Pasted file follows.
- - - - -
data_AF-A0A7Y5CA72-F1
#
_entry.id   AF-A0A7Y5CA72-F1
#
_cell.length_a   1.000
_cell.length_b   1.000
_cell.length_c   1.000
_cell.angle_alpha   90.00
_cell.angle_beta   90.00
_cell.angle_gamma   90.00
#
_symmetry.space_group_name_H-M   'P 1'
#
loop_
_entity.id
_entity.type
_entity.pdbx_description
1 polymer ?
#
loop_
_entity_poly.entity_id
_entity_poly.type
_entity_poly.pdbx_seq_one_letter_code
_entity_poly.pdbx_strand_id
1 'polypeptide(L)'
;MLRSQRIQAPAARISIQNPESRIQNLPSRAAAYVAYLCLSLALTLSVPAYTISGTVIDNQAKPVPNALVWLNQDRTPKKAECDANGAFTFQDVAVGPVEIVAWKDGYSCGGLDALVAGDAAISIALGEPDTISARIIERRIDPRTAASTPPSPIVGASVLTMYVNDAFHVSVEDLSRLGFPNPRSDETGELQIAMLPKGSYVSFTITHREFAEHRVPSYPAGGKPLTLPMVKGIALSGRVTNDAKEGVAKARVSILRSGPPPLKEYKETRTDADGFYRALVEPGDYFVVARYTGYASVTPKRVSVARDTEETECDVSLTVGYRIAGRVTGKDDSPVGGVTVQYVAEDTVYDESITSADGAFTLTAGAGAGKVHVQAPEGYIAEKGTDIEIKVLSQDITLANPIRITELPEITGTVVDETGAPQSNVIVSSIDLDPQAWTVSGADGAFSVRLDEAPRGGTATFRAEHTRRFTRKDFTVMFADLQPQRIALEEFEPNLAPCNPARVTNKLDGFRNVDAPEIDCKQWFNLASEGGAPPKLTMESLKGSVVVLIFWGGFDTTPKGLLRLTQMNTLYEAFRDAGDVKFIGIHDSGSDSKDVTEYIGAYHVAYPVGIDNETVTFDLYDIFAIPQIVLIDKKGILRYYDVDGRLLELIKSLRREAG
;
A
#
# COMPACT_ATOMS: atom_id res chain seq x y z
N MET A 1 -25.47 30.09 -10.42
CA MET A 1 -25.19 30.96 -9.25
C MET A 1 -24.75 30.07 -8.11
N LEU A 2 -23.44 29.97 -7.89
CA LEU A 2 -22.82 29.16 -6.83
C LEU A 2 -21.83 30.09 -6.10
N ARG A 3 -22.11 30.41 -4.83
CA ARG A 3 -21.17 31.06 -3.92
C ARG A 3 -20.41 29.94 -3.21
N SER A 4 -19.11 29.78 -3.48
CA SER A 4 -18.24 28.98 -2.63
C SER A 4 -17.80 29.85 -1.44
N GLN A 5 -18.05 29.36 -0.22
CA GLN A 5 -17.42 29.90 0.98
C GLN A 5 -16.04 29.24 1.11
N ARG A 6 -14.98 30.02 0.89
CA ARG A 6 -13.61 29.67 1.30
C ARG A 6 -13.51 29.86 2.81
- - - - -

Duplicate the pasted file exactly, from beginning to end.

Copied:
data_AF-A0A7Y5CA72-F1
#
_entry.id   AF-A0A7Y5CA72-F1
#
_cell.length_a   1.000
_cell.length_b   1.000
_cell.length_c   1.000
_cell.angle_alpha   90.00
_cell.angle_beta   90.00
_cell.angle_gamma   90.00
#
_symmetry.space_group_name_H-M   'P 1'
#
loop_
_entity.id
_entity.type
_entity.pdbx_description
1 polymer ?
#
loop_
_entity_poly.entity_id
_entity_poly.type
_entity_poly.pdbx_seq_one_letter_code
_entity_poly.pdbx_strand_id
1 'polypeptide(L)'
;MLRSQRIQAPAARISIQNPESRIQNLPSRAAAYVAYLCLSLALTLSVPAYTISGTVIDNQAKPVPNALVWLNQDRTPKKAECDANGAFTFQDVAVGPVEIVAWKDGYSCGGLDALVAGDAAISIALGEPDTISARIIERRIDPRTAASTPPSPIVGASVLTMYVNDAFHVSVEDLSRLGFPNPRSDETGELQIAMLPKGSYVSFTITHREFAEHRVPSYPAGGKPLTLPMVKGIALSGRVTNDAKEGVAKARVSILRSGPPPLKEYKETRTDADGFYRALVEPGDYFVVARYTGYASVTPKRVSVARDTEETECDVSLTVGYRIAGRVTGKDDSPVGGVTVQYVAEDTVYDESITSADGAFTLTAGAGAGKVHVQAPEGYIAEKGTDIEIKVLSQDITLANPIRITELPEITGTVVDETGAPQSNVIVSSIDLDPQAWTVSGADGAFSVRLDEAPRGGTATFRAEHTRRFTRKDFTVMFADLQPQRIALEEFEPNLAPCNPARVTNKLDGFRNVDAPEIDCKQWFNLASEGGAPPKLTMESLKGSVVVLIFWGGFDTTPKGLLRLTQMNTLYEAFRDAGDVKFIGIHDSGSDSKDVTEYIGAYHVAYPVGIDNETVTFDLYDIFAIPQIVLIDKKGILRYYDVDGRLLELIKSLRREAG
;
A
#
# COMPACT_ATOMS: atom_id res chain seq x y z
N MET A 1 -25.47 30.09 -10.42
CA MET A 1 -25.19 30.96 -9.25
C MET A 1 -24.75 30.07 -8.11
N LEU A 2 -23.44 29.97 -7.89
CA LEU A 2 -22.82 29.16 -6.83
C LEU A 2 -21.83 30.09 -6.10
N ARG A 3 -22.11 30.41 -4.83
CA ARG A 3 -21.17 31.06 -3.92
C ARG A 3 -20.41 29.94 -3.21
N SER A 4 -19.11 29.78 -3.48
CA SER A 4 -18.24 28.98 -2.63
C SER A 4 -17.80 29.85 -1.44
N GLN A 5 -18.05 29.36 -0.22
CA GLN A 5 -17.42 29.90 0.98
C GLN A 5 -16.04 29.24 1.11
N ARG A 6 -14.98 30.02 0.89
CA ARG A 6 -13.61 29.67 1.30
C ARG A 6 -13.51 29.86 2.81